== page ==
Thursday, December 23, 2010

French Dissing: the Scandalous Literature
That 'Liberated' a Country


by Robert Fulford

When we chronicle the struggle for literary freedom we too rarely give proper credit to the scandalous books, the salacious books, the truly outrageous books. We imagine that modern freedom was won by high-minded altruists devoted to human progress. A closer look reveals that much of the vast terrain on which literature and politics stand was in fact cleared by some dubious characters publishing books that no one, even the authors, considered respectable.

Robert Darnton has spent many years nudging us toward an understanding of this reality. Most recently he’s instructed us that 18th-century French publishing had a well-known category, libelles, which covered many books that delighted newly literate readers by undermining the authority of the monarchy and the Church.

Libelles helped create the demand for liberty. They were a major factor in the monarchy’s collapse. On shaky moral grounds, they founded French press freedom.

In the 18th century, libel was a French industry. The books Darnton explores sometimes told the truth and sometimes spread vicious lies. Still, for decades they provided the only available information on the great public figures of France. Newspapers came late to France, much later than to Germany and Britain, because the monarchy didn’t allow them. Paris got its first daily in 1777; Leipzig had one in 1660...Unsurprisingly, the favourite victim of libellers was Marie Antoinette, wife of Louis XVI...She received, as Darnton says, far more than her share of calumny: “The avalanche of defamation that overwhelmed her between 1789 and her execution on October 16, 1793, has no parallel in history"...Read it all

Digital Archive Offers Glimpse into the ‘Dark Side’ of the Enlightenment

"When most people talk about the age of enlightenment they are usually referring to a period in 18th century European history when logic and reason rose to supremacy. During this important period of cultural growth, public intellectuals like John Locke, Jean-Jacques Rousseau, and Voltaire dedicated themselves to solving perennial human dilemmas.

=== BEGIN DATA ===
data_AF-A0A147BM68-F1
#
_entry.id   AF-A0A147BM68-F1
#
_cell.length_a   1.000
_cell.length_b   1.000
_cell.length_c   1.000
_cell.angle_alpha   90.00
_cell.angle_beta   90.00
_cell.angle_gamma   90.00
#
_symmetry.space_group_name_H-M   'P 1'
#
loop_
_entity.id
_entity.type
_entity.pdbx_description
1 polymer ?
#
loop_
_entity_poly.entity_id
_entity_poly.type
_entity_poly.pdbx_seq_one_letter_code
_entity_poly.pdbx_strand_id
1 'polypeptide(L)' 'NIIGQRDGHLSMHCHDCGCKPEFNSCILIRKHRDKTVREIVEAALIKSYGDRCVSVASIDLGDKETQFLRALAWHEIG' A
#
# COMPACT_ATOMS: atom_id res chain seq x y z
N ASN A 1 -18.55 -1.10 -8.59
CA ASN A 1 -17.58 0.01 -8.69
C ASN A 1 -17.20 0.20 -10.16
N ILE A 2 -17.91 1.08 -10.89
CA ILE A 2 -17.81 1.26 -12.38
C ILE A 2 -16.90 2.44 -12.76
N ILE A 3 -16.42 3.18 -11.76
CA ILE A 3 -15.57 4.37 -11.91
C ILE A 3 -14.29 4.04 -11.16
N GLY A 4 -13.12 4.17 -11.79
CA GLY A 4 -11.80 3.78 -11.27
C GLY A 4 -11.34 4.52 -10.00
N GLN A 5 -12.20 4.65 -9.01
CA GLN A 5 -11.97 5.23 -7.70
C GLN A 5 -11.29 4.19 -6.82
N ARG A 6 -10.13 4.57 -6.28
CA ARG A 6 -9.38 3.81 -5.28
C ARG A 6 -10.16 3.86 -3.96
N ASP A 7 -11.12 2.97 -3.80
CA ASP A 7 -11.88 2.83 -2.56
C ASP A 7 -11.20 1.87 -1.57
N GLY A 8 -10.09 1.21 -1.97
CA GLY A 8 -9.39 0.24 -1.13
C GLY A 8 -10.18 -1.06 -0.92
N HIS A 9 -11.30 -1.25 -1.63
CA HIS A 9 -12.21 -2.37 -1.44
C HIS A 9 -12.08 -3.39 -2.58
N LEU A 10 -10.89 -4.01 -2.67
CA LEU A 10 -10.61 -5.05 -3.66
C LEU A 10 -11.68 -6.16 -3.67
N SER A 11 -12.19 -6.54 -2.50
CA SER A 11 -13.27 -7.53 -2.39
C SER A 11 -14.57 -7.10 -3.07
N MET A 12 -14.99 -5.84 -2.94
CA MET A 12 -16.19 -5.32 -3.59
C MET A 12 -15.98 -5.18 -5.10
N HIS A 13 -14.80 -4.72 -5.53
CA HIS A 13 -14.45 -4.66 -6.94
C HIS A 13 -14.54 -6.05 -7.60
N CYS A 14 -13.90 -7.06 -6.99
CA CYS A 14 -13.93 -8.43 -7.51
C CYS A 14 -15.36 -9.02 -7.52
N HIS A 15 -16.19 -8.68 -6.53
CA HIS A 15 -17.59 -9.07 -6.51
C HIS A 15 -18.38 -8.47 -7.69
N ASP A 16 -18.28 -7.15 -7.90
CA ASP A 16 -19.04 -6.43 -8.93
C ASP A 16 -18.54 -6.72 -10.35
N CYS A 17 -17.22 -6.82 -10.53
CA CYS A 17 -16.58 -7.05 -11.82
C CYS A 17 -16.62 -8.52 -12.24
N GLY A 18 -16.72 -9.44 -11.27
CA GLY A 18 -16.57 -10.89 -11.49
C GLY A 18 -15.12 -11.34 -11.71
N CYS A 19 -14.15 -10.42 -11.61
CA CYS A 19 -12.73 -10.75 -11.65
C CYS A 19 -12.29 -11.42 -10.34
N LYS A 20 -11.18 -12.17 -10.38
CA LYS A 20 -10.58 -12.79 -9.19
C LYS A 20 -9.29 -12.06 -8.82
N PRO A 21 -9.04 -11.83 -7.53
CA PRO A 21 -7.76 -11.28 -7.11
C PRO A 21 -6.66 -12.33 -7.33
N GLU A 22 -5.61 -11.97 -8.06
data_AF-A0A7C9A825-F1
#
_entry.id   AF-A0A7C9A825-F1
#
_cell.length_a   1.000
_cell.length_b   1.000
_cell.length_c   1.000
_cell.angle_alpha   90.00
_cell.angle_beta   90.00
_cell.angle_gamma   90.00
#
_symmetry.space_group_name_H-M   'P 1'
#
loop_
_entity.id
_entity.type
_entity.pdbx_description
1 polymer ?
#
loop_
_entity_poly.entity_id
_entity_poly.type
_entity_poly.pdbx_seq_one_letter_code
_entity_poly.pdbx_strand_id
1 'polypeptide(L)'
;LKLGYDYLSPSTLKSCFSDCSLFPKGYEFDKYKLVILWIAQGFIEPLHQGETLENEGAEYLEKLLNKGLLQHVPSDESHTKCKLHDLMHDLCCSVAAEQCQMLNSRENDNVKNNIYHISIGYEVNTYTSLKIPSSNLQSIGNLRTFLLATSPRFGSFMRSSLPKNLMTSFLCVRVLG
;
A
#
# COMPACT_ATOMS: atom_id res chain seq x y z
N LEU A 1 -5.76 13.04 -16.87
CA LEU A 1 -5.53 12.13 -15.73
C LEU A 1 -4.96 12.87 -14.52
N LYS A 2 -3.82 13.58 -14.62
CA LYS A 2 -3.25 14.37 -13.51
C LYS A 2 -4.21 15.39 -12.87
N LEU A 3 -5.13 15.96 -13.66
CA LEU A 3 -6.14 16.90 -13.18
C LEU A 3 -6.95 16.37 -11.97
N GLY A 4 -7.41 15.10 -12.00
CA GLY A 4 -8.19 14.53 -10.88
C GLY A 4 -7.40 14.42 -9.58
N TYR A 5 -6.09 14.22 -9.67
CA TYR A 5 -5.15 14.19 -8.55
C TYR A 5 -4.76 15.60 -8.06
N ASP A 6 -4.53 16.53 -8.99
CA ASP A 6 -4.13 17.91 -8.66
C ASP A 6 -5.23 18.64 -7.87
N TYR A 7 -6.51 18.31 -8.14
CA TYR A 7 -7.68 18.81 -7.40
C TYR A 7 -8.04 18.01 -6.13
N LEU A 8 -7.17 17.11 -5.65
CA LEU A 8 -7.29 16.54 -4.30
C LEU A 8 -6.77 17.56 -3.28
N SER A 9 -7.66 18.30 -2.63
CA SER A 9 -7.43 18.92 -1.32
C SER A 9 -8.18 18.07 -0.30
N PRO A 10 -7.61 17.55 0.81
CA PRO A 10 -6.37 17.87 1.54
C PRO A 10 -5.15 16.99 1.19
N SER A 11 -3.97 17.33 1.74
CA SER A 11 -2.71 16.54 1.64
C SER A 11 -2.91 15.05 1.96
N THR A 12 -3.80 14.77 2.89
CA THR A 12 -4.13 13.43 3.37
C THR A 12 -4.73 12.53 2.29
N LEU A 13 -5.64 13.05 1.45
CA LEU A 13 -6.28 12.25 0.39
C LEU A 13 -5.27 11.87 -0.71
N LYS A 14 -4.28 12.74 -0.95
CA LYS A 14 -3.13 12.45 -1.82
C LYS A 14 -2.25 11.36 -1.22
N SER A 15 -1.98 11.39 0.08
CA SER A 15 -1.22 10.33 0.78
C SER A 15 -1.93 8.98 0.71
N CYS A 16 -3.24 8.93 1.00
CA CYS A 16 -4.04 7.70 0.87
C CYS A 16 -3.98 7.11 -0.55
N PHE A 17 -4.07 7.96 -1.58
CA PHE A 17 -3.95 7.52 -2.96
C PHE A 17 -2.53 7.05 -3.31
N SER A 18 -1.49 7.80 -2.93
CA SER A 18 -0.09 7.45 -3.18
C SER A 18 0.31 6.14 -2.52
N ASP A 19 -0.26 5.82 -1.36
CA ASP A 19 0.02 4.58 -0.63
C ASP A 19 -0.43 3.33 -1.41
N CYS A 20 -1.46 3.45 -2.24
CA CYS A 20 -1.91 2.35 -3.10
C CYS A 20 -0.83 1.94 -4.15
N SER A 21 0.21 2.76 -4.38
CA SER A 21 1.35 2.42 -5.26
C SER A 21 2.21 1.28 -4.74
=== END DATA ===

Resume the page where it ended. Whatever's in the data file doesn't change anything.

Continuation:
They and their contemporaries gathered in salons and coffeehouses and exchanged volumes of letters in the name of sharing knowledge and improving the human condition.

"Dan Edelstein, a Stanford French professor, has been exploring an aspect of the Age of Enlightenment that is less familiar to most, the so-called “dark side” of the enlightenment. He described the differentiating factors:

"The prevailing understanding of the enlightenment is one in which there was only scientific and rational thinking, but there was also a significant number of people contributing to the enlightenment who were absorbed in dubious scholarly pursuits like alchemy, mythology, astrology and secret societies...Edelstein partnered with scholars from UC Berkeley, Washington University, UCLA, Kings College London, and other institutions to learn more about these unconventional figures, and more specifically how much their ideas and arguments really diverged from those of the canonical enlightenment figures.

"The more time I spent reading these curious works, the more I realized that my familiar Enlightenment friends were sometimes up to the same tricks,” Edelstein recounts...Read it all

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